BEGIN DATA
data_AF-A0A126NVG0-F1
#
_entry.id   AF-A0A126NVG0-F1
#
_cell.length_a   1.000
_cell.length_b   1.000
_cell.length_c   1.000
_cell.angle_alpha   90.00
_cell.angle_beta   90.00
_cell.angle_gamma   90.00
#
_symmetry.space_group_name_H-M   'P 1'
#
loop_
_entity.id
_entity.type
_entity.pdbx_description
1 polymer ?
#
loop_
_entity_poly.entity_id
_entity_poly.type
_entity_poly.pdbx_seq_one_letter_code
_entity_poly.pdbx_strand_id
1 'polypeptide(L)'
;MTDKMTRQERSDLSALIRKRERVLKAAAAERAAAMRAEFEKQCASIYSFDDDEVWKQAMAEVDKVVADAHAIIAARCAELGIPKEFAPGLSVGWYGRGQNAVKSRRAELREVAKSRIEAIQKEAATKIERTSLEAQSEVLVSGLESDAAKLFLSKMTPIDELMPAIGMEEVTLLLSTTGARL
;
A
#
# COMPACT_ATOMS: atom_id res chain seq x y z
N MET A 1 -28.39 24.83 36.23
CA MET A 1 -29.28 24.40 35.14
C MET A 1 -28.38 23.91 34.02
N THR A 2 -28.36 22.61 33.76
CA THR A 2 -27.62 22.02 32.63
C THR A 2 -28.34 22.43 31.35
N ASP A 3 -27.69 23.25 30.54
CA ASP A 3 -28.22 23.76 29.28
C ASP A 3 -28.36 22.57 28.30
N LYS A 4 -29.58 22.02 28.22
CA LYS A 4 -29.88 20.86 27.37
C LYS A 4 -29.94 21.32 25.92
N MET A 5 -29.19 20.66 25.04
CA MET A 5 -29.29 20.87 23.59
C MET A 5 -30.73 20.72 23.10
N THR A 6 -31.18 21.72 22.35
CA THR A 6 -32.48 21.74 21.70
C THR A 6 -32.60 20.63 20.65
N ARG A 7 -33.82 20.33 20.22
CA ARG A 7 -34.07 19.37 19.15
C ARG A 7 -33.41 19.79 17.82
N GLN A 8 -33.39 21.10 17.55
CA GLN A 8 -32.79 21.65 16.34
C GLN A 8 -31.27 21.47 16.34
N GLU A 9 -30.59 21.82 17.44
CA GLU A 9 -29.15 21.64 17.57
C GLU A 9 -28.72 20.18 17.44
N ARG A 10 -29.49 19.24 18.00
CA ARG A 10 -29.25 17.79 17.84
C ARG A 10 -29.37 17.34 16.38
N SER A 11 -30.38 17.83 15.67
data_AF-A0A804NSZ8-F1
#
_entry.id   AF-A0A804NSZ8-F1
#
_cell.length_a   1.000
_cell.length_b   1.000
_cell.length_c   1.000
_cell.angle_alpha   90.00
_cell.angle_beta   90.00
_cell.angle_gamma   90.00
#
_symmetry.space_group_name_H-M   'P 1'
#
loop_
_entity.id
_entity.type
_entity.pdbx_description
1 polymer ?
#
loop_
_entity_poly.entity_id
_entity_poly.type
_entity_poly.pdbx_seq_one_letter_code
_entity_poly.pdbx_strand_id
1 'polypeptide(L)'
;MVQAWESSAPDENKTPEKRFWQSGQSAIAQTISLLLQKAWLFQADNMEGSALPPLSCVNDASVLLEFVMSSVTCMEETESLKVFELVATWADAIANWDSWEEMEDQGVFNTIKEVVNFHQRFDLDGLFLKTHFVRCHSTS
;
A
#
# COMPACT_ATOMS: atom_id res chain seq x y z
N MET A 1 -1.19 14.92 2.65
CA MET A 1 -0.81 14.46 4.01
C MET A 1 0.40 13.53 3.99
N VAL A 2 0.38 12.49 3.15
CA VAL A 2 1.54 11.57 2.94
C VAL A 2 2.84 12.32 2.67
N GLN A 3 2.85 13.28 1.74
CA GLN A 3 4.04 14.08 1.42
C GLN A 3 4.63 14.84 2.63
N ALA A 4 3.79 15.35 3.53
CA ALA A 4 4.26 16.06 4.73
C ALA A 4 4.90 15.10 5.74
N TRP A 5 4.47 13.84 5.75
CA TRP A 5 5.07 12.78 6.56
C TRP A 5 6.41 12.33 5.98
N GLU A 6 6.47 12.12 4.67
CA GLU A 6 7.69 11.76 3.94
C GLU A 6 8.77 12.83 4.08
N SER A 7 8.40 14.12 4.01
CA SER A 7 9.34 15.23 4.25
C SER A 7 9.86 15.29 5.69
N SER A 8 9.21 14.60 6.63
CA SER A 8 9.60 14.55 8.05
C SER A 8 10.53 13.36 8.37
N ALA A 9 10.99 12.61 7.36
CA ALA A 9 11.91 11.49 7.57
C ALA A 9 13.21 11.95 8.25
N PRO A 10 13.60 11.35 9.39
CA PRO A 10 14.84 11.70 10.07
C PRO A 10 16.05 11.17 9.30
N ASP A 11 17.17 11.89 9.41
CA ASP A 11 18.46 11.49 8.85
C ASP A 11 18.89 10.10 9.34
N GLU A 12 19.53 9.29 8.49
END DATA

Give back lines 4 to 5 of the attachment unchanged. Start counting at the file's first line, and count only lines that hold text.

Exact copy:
#
_cell.length_a   1.000